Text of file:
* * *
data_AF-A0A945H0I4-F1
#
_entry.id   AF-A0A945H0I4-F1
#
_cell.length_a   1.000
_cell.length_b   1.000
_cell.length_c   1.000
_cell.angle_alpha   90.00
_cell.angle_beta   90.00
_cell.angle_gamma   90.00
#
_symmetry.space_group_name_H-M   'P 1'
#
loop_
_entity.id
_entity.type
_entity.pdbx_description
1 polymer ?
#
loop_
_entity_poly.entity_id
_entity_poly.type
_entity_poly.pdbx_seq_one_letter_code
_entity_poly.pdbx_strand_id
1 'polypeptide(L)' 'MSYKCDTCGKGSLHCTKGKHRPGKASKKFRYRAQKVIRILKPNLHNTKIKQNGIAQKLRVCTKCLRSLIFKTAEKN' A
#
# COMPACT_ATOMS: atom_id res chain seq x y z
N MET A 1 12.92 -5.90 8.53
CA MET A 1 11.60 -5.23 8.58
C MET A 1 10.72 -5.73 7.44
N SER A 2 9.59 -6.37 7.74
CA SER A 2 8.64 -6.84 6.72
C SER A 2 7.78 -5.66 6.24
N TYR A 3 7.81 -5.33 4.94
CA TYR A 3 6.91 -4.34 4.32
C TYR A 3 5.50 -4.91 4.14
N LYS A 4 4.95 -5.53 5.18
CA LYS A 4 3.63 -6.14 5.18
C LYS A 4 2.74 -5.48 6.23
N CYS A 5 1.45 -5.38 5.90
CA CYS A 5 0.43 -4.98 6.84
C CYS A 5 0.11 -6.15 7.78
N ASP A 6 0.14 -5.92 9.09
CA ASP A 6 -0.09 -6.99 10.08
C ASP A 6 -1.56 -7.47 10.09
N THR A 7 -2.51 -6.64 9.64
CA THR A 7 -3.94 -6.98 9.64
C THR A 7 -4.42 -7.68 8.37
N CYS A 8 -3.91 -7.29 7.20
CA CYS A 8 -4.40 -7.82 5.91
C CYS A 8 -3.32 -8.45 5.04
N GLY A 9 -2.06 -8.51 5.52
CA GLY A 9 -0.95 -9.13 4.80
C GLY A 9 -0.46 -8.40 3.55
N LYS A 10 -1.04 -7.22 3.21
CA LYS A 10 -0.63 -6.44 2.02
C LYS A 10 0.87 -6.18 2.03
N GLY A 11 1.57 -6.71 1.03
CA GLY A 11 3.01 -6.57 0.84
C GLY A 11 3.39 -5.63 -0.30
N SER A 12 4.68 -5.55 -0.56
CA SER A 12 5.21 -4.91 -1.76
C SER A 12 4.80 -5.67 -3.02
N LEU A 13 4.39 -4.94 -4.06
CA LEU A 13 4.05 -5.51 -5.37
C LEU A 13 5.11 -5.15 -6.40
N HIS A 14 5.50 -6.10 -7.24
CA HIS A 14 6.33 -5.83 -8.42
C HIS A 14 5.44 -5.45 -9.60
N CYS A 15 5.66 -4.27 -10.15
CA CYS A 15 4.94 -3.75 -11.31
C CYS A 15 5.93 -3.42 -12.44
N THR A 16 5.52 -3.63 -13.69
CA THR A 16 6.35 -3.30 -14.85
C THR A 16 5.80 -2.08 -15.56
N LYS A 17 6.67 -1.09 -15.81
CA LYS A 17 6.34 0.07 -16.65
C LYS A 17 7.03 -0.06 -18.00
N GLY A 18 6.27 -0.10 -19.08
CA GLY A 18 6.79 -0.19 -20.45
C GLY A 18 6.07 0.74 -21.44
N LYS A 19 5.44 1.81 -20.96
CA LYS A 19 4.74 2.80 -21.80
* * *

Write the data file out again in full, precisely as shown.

data_AF-A0A945H0I4-F1
#
_entry.id   AF-A0A945H0I4-F1
#
_cell.length_a   1.000
_cell.length_b   1.000
_cell.length_c   1.000
_cell.angle_alpha   90.00
_cell.angle_beta   90.00
_cell.angle_gamma   90.00
#
_symmetry.space_group_name_H-M   'P 1'
#
loop_
_entity.id
_entity.type
_entity.pdbx_description
1 polymer ?
#
loop_
_entity_poly.entity_id
_entity_poly.type
_entity_poly.pdbx_seq_one_letter_code
_entity_poly.pdbx_strand_id
1 'polypeptide(L)' 'MSYKCDTCGKGSLHCTKGKHRPGKASKKFRYRAQKVIRILKPNLHNTKIKQNGIAQKLRVCTKCLRSLIFKTAEKN' A
#
# COMPACT_ATOMS: atom_id res chain seq x y z
N MET A 1 12.92 -5.90 8.53
CA MET A 1 11.60 -5.23 8.58
C MET A 1 10.72 -5.73 7.44
N SER A 2 9.59 -6.37 7.74
CA SER A 2 8.64 -6.84 6.72
C SER A 2 7.78 -5.66 6.24
N TYR A 3 7.81 -5.33 4.94
CA TYR A 3 6.91 -4.34 4.32
C TYR A 3 5.50 -4.91 4.14
N LYS A 4 4.95 -5.53 5.18
CA LYS A 4 3.63 -6.14 5.18
C LYS A 4 2.74 -5.48 6.23
N CYS A 5 1.45 -5.38 5.90
CA CYS A 5 0.43 -4.98 6.84
C CYS A 5 0.11 -6.15 7.78
N ASP A 6 0.14 -5.92 9.09
CA ASP A 6 -0.09 -6.99 10.08
C ASP A 6 -1.56 -7.47 10.09
N THR A 7 -2.51 -6.64 9.64
CA THR A 7 -3.94 -6.98 9.64
C THR A 7 -4.42 -7.68 8.37
N CYS A 8 -3.91 -7.29 7.20
CA CYS A 8 -4.40 -7.82 5.91
C CYS A 8 -3.32 -8.45 5.04
N GLY A 9 -2.06 -8.51 5.52
CA GLY A 9 -0.95 -9.13 4.80
C GLY A 9 -0.46 -8.40 3.55
N LYS A 10 -1.04 -7.22 3.21
CA LYS A 10 -0.63 -6.44 2.02
C LYS A 10 0.87 -6.18 2.03
N GLY A 11 1.57 -6.71 1.03
CA GLY A 11 3.01 -6.57 0.84
C GLY A 11 3.39 -5.63 -0.30
N SER A 12 4.68 -5.55 -0.56
CA SER A 12 5.21 -4.91 -1.76
C SER A 12 4.80 -5.67 -3.02
N LEU A 13 4.39 -4.94 -4.06
CA LEU A 13 4.05 -5.51 -5.37
C LEU A 13 5.11 -5.15 -6.40
N HIS A 14 5.50 -6.10 -7.24
CA HIS A 14 6.33 -5.83 -8.42
C HIS A 14 5.44 -5.45 -9.60
N CYS A 15 5.66 -4.27 -10.15
CA CYS A 15 4.94 -3.75 -11.31
C CYS A 15 5.93 -3.42 -12.44
N THR A 16 5.52 -3.63 -13.69
CA THR A 16 6.35 -3.30 -14.85
C THR A 16 5.80 -2.08 -15.56
N LYS A 17 6.67 -1.09 -15.81
CA LYS A 17 6.34 0.07 -16.65
C LYS A 17 7.03 -0.06 -18.00
N GLY A 18 6.27 -0.10 -19.08
CA GLY A 18 6.79 -0.19 -20.45
C GLY A 18 6.07 0.74 -21.44
N LYS A 19 5.44 1.81 -20.96
CA LYS A 19 4.74 2.80 -21.80